The Beginnings, Goddard and Oberth, 1926-45

The history of space-launch-vehicle technology in the United States dates back to the experimenting of U. S. physicist and rocket developer Robert H. Goddard (1882-1945). A fascinating character, Goddard was supremely inventive. He is credited with 214 patents, many of them submitted after his death by his wife, Esther. These led to a settlement in 1960 by the National Aeronautics and Space Administration (NASA) and the three armed services of $1 million for use of more than 200 patents covering innovations in the fields of rocketry, guided missiles, and space exploration. In the course of his rocket research, Goddard achieved many technological break­throughs. Among them were gyroscopic control of vanes in the ex­haust of the rocket engine, film cooling of the combustion chamber, parachutes for recovery of the rocket and any instruments on it, streamlined casing, clustered engines, a gimballed tail section for stabilization, lightweight centrifugal pumps to force propellants into the combustion chamber, a gas generator, igniters, injection heads, and launch controls, although he did not use them all on any one rocket.1

Despite these impressive achievements, Goddard had less de­monstrable influence on the development of subsequent missiles and space-launch vehicles than he could have had. One reason was that he epitomized the quintessential lone inventor. With excep – 8 tions, he pursued a pattern of secrecy throughout the course of his Chapter 1 career. This secretiveness hindered his country from developing missiles and rockets as rapidly as it might have done had he devoted his real abilities to the sort of cooperative development needed for the production of such complex devices.

Educated at Worcester Polytechnic Institute (B. S. in general science in 1908) and Clark University (Ph. D. in physics in 1911), Goddard seems to have begun serious work on the development of rockets February 9, 1909, when he performed his first experiment on the exhaust velocity of a rocket propellant. He continued experi­mentation and in 1916 applied to the Smithsonian Institution for $5,000 to launch a rocket within a short time to extreme altitudes (100-200 miles) for meteorological and other research. He received a grant for that amount in 1917. From then until 1941 he received a total of more than $200,000 for rocket research from a variety of civilian sources.2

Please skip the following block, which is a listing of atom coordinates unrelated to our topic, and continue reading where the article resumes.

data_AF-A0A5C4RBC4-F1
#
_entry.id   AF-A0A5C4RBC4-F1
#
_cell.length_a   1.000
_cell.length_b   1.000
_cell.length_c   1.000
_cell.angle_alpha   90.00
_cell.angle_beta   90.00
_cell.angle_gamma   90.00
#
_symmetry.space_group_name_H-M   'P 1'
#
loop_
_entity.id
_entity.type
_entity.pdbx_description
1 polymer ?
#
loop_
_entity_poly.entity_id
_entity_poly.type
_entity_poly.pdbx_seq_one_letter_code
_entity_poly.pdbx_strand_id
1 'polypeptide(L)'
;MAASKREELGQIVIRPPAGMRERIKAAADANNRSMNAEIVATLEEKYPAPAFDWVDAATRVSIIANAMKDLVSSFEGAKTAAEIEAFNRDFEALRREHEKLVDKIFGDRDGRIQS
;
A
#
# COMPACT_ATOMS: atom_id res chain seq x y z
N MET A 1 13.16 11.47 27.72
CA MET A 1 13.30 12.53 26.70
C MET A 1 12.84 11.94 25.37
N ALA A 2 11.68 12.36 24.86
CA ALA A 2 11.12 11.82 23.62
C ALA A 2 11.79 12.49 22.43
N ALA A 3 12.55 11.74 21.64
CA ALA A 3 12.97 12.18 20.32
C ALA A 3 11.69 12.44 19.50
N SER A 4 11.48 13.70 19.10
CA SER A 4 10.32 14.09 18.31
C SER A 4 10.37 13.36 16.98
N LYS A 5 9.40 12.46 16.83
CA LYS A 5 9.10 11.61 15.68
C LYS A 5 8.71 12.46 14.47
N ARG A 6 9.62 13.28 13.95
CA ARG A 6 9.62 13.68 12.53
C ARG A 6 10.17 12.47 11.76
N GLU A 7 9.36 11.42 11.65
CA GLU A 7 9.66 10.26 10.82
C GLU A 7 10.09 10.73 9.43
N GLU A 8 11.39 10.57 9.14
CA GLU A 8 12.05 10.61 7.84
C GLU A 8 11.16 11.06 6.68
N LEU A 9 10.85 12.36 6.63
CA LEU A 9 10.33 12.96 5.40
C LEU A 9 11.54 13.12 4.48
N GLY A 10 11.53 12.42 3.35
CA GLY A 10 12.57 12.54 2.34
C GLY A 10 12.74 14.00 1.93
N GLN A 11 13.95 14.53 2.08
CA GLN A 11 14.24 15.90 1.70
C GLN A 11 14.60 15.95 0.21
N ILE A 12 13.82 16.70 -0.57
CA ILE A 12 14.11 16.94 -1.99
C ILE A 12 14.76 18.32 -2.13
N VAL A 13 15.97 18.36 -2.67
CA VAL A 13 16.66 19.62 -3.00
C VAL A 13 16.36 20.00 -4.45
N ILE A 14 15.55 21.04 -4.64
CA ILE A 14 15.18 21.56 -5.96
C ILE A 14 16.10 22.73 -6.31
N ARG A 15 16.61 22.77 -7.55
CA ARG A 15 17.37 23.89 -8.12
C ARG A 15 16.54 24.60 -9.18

In 1920 he published “A Method of Reaching Extreme Altitudes" in the Smithsonian Miscellaneous Collections. As Frank Winter has stated, this “publication established Goddard as the preemi­nent researcher in the field of rocketry" and “was unquestionably very influential in the space travel movement. . . ."3 However, im­portant and pathbreaking as the paper was, it remained largely theoretical, calling for “necessary preliminary experiments" still to be performed.4 Following the paper’s publication, with partial hiatuses occasioned by periods of limited funding, Goddard spent the rest of the interwar period performing these experiments and trying to construct a rocket that would achieve an altitude above that reached by sounding balloons.